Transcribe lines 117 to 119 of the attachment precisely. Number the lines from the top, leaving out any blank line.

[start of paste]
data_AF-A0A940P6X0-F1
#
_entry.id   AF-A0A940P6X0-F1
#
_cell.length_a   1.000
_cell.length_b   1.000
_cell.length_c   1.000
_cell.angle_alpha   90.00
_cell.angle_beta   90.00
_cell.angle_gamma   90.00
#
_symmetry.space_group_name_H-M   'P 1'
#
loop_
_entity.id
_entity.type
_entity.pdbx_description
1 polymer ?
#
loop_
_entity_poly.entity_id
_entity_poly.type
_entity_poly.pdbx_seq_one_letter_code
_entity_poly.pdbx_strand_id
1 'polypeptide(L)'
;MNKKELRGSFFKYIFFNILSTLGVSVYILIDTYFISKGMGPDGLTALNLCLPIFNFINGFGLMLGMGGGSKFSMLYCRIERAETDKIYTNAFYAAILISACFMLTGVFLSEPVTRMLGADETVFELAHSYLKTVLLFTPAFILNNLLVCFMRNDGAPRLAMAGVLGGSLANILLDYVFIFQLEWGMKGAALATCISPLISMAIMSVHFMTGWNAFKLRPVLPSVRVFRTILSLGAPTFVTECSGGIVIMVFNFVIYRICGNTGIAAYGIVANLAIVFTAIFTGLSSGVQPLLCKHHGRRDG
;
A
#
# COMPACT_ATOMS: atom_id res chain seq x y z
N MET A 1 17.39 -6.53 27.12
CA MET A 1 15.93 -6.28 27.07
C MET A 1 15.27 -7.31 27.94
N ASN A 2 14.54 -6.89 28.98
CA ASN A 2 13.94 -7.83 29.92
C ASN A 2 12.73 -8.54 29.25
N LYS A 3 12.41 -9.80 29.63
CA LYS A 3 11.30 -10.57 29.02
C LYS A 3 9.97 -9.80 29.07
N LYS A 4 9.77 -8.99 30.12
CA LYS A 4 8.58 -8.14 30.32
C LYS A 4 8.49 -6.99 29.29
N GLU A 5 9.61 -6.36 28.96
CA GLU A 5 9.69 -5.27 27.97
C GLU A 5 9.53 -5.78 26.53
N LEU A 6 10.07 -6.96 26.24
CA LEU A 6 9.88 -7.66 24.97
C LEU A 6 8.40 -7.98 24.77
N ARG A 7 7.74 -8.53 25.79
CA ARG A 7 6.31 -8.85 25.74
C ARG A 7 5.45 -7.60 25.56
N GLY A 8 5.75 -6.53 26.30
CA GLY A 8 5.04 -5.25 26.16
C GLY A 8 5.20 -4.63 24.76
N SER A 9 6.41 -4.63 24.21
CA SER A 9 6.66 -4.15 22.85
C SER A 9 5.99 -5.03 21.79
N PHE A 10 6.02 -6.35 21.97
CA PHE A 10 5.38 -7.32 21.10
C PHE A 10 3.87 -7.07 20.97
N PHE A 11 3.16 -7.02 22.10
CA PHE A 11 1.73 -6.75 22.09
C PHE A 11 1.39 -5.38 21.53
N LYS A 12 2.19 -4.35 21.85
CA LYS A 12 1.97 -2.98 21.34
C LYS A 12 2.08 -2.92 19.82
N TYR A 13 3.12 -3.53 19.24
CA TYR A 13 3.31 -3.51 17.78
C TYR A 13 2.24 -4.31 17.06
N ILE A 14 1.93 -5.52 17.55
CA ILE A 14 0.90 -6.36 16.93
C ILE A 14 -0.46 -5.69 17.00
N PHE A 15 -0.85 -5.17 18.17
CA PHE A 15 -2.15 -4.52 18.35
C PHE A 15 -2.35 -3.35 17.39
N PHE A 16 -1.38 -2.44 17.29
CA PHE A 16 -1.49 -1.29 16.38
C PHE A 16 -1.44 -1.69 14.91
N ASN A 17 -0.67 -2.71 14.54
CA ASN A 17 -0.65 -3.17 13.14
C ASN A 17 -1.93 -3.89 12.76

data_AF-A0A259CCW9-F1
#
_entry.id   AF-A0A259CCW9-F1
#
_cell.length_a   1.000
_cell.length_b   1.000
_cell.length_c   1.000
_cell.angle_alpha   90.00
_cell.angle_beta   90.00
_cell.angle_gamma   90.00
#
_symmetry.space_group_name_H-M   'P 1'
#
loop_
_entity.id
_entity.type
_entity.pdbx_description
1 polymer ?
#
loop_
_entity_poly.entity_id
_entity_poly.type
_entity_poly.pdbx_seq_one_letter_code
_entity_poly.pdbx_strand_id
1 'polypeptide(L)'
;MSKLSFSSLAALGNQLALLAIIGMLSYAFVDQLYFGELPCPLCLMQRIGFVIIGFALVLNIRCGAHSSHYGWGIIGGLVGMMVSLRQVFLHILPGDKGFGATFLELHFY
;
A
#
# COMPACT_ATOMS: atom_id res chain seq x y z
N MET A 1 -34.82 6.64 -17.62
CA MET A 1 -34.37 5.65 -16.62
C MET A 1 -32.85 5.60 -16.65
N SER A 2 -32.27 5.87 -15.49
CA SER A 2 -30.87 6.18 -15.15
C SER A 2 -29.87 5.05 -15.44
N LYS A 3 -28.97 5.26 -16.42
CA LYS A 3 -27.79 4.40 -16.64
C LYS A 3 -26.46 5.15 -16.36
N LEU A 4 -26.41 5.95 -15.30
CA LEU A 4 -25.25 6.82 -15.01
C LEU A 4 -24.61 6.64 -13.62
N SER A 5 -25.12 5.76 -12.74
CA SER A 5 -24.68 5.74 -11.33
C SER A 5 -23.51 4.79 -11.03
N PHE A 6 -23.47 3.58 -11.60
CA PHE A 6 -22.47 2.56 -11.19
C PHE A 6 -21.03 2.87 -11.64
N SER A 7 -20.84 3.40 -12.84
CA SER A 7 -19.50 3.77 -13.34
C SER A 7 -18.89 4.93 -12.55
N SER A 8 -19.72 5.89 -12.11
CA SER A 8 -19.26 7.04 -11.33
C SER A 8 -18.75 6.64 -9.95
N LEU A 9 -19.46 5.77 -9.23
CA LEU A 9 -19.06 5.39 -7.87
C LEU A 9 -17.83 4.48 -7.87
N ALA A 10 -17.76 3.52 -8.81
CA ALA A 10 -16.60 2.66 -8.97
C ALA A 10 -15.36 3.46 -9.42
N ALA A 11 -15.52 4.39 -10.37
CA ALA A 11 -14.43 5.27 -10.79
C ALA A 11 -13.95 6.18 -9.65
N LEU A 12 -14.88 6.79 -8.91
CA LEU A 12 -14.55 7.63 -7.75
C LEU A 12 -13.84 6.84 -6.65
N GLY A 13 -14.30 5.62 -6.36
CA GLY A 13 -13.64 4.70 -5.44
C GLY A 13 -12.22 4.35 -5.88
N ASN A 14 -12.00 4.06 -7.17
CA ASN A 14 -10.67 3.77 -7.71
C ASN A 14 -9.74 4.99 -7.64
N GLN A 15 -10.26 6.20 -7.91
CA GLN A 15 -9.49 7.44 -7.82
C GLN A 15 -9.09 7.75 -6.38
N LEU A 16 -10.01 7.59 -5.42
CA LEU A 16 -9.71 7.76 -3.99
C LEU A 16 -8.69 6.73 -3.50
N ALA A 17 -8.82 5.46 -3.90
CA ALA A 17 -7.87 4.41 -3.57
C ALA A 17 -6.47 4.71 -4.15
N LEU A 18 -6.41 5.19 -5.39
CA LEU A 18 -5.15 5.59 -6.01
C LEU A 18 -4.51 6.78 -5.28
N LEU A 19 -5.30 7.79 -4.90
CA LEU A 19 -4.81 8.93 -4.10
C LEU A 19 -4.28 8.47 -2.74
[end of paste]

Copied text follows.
C SER A 2 -29.87 5.05 -15.44
N LYS A 3 -28.97 5.26 -16.42
CA LYS A 3 -27.79 4.40 -16.64